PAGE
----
Cut a shallow slit through the skin around the middle of each apple.
Grease an ovenproof dish and stand the apples in it.
Fill the holes in the middle with the fruit and sugar, or you can use fruit mince or marmalade instead.
Put a knob of butter or margarine on top of each apple, and pour water around them.
Bake in the oven at 200˚C (400˚F/Mark 6) for 45 minutes to 1 hour until just soft.
Serve them with natural yoghurt, cream or ice cream.
BAKED BANANAS
4
2
1
1
2
large ripe bananas
tbsp butter, melted
heaped tbsp demerara (or brown sugar)
tbsp honey
tbsp lemon juice
1. Butter a shallow ovenproof dish. Fill with sliced bananas.
2. Sprinkle sugar on top.
3. Pour the honey and lemon juice over the top.
4. Bake on top shelf of a moderately hot oven for 20-30 minutes.
5. Brown a little under the grill.
6. Serve hot with cream.
44
ICE CREAM
The most votes go to mango ice cream!
2 x 375ml can evaporated milk
1 cup caster sugar
300ml cream, lightly whipped
1 cup water
Any desired flavouring, e.g. mango pulp, melted chocolate, strawberries, banana, etc.
1.
2.
3.
4.
Stir sugar and water over gentle heat until sugar dissolves. Turn heat up, bring to the boil and boil for 5 minutes. Remove from heat and cool.
When cold, stir in evaporated milk, flavouring and cream. Put into a suitable container and freeze till mushy.
Remove from freezer and beat with electric mixer until quite fluffy.
Return to freezer to set.
KNICKERBOCKER GLORY
A glorious mixture of ice cream, jelly and fresh or canned
600ml/85gm packet of red agar agar jelly crystals
1 cup boiling water
1 cup cold water
400gm can peaches, sliced
227gm can pineapple, sliced
1.
2.
3.
4.
fruits.
483gm block ice cream
(check it contains no gelatine or egg)
6 glace cherries
6 tall sundae glasses
6 long handled spoons
Pour boiling water onto the jelly crystals and stir until dissolved. Add cold water to make the jelly up to 600ml. Leave to set.
When the jelly has set, chop it into small pieces. Roughly chop the fruit.
Put some of the chopped peaches and pineapple in the bottom of the glasses. Cover the fruit with a layer of jelly. Put a scoop of ice cream on top.
Repeat these layers and put a cherry on top. You can serve it with your favourite topping.
45
APRICOT & ALMOND PIE
Crumbly Crust
11/4 cup blanched almonds, ground
1 cup coconut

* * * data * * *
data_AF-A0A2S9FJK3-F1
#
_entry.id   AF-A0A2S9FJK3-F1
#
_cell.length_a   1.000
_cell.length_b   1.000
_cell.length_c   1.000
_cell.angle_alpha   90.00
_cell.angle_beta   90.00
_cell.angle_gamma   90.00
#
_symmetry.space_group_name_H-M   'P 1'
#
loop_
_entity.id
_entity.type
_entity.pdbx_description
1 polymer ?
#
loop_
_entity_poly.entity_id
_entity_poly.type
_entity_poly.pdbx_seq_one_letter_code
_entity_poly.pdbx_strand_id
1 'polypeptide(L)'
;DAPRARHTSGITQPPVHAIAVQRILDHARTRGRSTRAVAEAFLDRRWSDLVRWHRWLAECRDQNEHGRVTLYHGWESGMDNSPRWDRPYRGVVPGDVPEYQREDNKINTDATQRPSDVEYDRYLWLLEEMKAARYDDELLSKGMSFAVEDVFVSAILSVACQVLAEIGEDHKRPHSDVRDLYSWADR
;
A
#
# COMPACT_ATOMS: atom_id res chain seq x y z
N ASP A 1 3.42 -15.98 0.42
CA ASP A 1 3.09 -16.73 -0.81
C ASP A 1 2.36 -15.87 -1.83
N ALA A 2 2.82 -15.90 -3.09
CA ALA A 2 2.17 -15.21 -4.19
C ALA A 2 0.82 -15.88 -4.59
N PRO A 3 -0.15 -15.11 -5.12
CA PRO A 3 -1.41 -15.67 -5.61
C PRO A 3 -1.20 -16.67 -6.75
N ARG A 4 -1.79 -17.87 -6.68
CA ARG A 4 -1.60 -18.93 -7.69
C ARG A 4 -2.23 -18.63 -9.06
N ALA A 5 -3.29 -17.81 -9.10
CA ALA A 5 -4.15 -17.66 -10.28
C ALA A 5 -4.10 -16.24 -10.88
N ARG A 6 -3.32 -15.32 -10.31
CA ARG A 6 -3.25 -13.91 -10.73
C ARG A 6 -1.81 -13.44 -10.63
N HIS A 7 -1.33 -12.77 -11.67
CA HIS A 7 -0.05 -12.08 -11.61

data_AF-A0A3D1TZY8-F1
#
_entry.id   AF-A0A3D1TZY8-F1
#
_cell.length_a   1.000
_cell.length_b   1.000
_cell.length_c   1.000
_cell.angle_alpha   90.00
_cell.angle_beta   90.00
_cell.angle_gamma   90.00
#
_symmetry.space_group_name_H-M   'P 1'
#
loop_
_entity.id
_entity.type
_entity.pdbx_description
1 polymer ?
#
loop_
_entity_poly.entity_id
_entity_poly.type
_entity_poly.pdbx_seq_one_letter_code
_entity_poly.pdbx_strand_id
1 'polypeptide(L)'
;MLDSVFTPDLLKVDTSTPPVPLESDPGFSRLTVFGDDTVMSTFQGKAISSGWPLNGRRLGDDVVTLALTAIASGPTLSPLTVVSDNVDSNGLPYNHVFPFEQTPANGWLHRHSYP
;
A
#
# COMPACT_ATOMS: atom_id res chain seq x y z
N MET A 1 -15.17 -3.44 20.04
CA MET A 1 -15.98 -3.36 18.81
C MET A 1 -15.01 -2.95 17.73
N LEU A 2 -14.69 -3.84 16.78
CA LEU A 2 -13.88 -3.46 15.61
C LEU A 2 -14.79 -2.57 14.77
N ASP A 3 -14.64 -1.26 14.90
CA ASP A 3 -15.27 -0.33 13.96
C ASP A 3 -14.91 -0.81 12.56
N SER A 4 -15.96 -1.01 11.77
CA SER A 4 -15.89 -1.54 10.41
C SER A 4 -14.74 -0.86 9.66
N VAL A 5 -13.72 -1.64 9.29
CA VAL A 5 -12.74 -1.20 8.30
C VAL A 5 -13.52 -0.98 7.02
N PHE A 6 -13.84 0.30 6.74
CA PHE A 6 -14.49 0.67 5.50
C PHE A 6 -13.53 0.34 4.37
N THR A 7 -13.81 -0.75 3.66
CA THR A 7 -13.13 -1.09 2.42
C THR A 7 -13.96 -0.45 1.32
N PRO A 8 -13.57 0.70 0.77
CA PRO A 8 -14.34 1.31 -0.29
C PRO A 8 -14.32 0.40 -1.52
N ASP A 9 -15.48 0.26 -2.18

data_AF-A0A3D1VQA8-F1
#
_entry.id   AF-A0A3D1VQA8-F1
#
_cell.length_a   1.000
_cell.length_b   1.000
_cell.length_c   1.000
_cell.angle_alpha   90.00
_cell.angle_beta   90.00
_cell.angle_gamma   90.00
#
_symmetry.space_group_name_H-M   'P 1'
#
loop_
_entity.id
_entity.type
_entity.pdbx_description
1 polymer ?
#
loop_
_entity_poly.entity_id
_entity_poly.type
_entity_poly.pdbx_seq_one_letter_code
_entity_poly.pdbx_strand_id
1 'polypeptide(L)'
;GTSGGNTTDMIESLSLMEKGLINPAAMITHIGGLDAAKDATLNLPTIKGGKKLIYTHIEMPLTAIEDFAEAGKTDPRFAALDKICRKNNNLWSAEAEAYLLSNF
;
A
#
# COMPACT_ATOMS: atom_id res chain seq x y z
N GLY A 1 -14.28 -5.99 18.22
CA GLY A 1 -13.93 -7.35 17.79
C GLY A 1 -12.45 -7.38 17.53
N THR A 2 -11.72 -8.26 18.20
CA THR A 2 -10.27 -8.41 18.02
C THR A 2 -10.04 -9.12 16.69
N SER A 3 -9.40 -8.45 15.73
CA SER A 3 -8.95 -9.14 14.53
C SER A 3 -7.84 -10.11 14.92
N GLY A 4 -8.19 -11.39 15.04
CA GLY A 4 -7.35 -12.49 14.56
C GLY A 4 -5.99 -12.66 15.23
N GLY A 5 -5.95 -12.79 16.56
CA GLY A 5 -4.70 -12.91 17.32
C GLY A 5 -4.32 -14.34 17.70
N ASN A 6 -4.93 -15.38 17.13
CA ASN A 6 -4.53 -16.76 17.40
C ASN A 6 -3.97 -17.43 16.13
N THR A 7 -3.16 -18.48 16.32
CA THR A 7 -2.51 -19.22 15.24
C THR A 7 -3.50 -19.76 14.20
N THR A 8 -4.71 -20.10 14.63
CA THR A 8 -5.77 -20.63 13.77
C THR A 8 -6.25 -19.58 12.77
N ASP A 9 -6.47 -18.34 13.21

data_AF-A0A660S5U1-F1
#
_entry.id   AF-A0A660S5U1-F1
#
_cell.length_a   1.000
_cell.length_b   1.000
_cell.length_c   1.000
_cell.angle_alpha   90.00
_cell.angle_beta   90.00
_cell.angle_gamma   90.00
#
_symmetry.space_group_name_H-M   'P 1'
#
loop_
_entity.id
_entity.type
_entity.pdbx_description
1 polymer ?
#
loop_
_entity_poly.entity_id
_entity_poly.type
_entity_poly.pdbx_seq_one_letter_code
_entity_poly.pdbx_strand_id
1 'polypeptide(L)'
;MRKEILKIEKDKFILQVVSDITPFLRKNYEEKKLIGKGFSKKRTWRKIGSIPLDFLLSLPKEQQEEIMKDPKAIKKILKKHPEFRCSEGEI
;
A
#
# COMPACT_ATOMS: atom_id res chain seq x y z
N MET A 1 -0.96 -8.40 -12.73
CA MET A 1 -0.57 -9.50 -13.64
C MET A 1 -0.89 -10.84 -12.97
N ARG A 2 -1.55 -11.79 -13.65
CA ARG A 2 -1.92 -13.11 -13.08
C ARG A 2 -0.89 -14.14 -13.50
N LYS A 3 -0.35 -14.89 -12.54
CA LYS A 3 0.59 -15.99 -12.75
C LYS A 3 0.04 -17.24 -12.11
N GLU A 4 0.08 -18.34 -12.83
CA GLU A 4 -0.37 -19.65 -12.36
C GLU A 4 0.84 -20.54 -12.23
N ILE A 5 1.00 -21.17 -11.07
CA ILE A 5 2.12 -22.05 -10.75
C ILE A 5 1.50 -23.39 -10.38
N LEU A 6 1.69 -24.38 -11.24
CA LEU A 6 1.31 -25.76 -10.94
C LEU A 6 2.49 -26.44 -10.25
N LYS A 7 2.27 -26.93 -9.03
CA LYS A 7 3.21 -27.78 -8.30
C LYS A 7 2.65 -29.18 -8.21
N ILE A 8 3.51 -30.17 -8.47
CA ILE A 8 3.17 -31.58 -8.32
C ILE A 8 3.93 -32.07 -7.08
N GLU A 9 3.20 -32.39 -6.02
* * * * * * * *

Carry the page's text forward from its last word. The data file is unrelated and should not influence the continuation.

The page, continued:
1/4 cup sugar
1/4 cup butter
Filling
1 cup sour cream
1/4 cup icing sugar
1 tsp orange juice
1 tsp orange rind, grated
400gm can halved apricots, well drained
3/4 cup whipping cream
1/4 cup icing sugar
3 tbsp crumbly crust, toasted
Crust
1. Mix coconut, sugar and ground almonds together. Rub in the butter to make a
crumbly mix.
2. Toast 3 tbsp of the crumbly mix in a small pan, and reserve to sprinkle over the filling.
3. Press the rest of the crumbly mix into a greased pie dish to make crust base.
Filling
4. Mix sour cream, icing sugar, orange juice and orange rind together well.
Pour into the crust.
5. Carefully arrange apricots over the filling.
6. Whip cream with icing sugar and spoon/pipe around the edge. Sprinkle with the toasted crumbly mix. Refrigerate.
PEACH BRULEE
400g can peach halves
1 cup double dairy cream
3/4 cup demerara or brown sugar
1.
2.
3.
4.
Drain peaches and lay in the bottom of an ovenproof dish, keeping one for decoration.
Lightly whip cream and spread over peaches. Chill.
Just before serving, sprinkle over sugar and grill until sugar melts.
Cut remaining peach half in four slices and place the slices on top of the sugar in a star pattern and serve immediately.
CAKES & BISCUITS
46
47
EGG SUBSTITUTES
Eggs serve two purposes: to act as a leavening agent and to act as a binder. The egg-white is
primarily the leavening agent, the yoke primarily the binder. Handy egg substitutes in cakes
and biscuits, if commercial egg replacer is not available, are:
• 1 tablespoon golden syrup (binder) + 1 dessertspoon vinegar (binder) + 1 teaspoon baking powder (leavening) for each egg omitted.
• 4 tablespoons cashew or almond butter + 2 tablespoons lemon juice.
• 1 dessertspoon of vinegar, or 1 tablespoon of lemon juice to replace 2 eggs, adding more liquid accordingly (1 egg = 1/4 cup liquid)
• 1/2 cup evaporated milk + 1/2 tsp bicarbonate of soda per egg (is not very effective in cakes containing syrup, honey or oil).
HINTS FOR SUCCESSFUL CAKE MAKING
•
•
•
•
Grease tins very well with soft, not melted, butter. Flour them and shake out surplus flour.